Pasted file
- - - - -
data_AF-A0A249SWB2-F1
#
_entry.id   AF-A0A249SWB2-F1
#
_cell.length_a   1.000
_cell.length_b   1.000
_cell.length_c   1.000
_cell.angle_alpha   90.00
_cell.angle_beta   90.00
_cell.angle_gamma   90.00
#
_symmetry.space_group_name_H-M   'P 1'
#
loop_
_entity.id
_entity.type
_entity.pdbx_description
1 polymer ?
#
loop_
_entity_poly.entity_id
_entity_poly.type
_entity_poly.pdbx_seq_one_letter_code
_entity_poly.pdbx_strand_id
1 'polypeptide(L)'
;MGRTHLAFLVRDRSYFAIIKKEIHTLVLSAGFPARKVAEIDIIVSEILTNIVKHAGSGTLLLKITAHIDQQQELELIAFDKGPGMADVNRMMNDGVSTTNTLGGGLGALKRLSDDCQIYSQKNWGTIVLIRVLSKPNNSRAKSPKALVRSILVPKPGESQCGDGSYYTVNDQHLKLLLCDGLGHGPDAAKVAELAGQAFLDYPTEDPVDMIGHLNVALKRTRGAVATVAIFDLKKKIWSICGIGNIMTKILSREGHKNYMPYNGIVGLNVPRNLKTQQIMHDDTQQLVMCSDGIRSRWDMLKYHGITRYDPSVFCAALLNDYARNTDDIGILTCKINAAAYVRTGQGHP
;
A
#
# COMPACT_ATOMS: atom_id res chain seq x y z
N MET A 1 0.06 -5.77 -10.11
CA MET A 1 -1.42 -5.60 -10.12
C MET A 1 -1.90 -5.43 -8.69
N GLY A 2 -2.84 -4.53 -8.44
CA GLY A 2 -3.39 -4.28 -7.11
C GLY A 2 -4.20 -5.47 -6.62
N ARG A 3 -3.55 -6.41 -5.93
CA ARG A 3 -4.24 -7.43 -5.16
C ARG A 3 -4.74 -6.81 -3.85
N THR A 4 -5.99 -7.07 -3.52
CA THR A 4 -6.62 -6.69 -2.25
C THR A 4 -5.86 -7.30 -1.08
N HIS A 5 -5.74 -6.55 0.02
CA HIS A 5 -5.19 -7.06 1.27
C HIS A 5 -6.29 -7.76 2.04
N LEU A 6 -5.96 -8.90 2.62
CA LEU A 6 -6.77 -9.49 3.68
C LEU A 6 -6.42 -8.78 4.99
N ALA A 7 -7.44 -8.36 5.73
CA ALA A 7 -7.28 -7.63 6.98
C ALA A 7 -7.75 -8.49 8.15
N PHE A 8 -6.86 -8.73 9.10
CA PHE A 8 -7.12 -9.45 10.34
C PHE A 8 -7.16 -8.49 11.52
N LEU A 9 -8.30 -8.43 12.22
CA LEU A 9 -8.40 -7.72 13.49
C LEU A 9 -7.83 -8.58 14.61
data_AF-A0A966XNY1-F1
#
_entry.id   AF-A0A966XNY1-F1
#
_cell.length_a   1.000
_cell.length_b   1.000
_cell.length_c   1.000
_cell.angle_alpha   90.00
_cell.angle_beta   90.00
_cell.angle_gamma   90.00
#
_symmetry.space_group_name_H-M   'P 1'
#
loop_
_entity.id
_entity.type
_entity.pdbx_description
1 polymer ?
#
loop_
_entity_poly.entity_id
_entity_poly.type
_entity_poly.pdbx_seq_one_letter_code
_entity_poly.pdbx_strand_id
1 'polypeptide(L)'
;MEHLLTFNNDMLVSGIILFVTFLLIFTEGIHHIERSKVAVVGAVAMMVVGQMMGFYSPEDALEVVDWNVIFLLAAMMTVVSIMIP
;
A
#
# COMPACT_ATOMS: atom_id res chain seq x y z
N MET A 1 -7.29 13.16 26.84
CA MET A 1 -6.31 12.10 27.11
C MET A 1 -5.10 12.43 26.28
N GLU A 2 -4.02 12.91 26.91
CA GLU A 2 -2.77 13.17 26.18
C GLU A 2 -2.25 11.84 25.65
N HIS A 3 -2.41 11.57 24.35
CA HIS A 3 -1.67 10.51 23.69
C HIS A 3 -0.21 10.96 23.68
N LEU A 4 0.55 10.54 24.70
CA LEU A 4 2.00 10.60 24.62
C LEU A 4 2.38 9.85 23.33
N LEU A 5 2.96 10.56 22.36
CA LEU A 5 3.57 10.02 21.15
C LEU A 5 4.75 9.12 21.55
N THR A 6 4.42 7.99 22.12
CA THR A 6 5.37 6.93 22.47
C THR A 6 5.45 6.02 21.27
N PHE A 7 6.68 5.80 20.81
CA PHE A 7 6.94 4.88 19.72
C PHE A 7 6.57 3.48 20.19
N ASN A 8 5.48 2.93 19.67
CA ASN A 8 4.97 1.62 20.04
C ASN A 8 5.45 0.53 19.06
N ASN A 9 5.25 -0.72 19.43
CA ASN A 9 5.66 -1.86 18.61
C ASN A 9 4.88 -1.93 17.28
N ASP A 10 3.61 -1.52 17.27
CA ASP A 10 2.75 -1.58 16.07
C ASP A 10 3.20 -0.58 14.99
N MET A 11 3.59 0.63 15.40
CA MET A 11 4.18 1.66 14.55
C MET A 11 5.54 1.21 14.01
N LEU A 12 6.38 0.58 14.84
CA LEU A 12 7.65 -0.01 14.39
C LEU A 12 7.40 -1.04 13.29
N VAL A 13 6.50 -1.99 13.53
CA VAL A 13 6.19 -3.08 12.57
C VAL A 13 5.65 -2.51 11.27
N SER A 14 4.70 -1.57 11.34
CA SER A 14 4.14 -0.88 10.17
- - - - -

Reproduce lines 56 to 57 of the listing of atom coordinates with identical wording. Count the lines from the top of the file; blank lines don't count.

CA LEU A 9 -8.40 -7.72 13.49
C LEU A 9 -7.83 -8.58 14.61